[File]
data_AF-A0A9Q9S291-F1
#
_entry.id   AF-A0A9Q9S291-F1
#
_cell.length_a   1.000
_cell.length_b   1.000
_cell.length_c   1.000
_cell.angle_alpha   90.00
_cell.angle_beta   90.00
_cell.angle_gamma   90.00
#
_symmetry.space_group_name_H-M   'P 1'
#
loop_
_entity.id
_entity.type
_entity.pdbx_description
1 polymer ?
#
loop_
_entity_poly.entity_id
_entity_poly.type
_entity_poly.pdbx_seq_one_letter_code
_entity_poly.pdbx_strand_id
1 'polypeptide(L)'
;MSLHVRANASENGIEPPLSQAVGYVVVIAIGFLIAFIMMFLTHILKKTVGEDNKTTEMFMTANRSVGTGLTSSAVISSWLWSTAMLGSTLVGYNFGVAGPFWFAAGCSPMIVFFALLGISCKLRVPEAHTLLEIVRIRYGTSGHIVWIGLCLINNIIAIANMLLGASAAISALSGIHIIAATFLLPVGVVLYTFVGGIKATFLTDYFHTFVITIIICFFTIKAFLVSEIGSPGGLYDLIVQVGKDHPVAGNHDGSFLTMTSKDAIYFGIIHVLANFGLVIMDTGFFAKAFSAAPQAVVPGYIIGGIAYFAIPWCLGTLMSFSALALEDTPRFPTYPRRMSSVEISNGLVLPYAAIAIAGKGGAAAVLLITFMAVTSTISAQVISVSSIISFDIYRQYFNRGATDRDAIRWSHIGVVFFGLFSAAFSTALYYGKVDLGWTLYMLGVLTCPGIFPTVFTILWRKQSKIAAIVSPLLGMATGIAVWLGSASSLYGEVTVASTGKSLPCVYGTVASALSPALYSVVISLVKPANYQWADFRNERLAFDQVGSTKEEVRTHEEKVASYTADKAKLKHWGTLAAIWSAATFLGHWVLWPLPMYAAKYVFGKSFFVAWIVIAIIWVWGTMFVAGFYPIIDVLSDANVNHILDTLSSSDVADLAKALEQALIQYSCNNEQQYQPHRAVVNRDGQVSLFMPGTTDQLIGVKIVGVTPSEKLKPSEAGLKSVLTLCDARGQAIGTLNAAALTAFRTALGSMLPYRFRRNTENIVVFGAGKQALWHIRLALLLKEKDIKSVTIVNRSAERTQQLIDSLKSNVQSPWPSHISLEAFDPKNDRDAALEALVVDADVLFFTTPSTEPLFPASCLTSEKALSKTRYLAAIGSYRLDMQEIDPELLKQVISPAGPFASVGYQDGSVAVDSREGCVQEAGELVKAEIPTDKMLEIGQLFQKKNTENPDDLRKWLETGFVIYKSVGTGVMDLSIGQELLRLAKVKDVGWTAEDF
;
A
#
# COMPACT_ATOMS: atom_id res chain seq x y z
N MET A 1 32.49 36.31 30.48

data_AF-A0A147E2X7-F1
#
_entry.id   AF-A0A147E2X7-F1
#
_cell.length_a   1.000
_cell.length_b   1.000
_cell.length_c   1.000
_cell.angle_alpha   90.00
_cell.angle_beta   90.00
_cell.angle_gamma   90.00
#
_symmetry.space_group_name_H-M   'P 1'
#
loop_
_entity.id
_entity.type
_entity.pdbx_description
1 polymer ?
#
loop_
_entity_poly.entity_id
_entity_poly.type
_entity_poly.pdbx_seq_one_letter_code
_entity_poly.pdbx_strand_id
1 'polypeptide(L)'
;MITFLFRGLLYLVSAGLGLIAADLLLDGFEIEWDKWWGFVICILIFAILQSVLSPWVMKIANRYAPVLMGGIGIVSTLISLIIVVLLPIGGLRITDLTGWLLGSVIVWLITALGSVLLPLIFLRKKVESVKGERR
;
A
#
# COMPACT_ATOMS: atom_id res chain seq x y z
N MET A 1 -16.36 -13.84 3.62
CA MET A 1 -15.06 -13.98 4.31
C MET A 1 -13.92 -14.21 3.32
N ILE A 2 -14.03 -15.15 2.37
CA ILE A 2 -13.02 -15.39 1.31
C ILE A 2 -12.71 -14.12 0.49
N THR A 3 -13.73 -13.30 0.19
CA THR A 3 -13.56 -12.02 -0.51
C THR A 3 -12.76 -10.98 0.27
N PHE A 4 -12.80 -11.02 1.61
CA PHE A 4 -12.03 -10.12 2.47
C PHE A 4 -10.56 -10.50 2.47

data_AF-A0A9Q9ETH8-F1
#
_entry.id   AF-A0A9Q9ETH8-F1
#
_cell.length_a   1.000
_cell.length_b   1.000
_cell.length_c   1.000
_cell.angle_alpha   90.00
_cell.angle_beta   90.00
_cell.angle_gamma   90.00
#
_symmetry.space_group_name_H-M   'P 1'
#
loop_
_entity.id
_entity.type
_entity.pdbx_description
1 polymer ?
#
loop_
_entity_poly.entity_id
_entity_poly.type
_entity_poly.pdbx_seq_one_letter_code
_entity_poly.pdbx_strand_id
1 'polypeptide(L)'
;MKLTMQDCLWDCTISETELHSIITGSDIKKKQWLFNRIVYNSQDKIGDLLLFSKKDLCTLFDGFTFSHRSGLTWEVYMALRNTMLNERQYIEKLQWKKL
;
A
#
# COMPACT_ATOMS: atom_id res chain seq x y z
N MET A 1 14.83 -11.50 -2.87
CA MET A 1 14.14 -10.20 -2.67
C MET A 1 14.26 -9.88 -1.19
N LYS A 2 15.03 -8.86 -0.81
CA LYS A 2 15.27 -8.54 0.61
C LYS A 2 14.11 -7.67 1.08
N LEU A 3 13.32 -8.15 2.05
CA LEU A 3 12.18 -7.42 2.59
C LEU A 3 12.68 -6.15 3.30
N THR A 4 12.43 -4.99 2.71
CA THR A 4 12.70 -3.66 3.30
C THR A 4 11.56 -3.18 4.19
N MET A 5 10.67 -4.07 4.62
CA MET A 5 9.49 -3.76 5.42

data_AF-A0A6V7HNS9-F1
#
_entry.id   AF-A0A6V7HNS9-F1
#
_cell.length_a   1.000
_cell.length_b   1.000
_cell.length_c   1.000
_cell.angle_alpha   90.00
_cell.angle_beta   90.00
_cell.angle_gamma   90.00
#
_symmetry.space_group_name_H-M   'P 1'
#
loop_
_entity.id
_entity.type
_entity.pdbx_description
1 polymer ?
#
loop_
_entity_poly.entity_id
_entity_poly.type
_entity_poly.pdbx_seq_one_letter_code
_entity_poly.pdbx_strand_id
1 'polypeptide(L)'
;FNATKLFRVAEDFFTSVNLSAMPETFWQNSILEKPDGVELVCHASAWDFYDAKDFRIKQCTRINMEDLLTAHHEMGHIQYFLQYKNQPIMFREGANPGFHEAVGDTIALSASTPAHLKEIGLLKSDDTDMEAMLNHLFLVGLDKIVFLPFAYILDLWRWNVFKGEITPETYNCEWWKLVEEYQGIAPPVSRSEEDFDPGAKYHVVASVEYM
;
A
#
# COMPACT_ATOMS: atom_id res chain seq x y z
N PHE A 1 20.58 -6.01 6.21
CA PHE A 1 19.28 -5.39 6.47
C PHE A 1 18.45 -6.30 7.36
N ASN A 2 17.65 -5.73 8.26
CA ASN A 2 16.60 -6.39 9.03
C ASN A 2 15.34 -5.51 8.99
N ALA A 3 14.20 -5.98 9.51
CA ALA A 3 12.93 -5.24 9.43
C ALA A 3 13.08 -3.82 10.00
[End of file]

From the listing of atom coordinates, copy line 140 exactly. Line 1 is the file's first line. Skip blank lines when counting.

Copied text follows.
_entity_poly.pdbx_seq_one_letter_code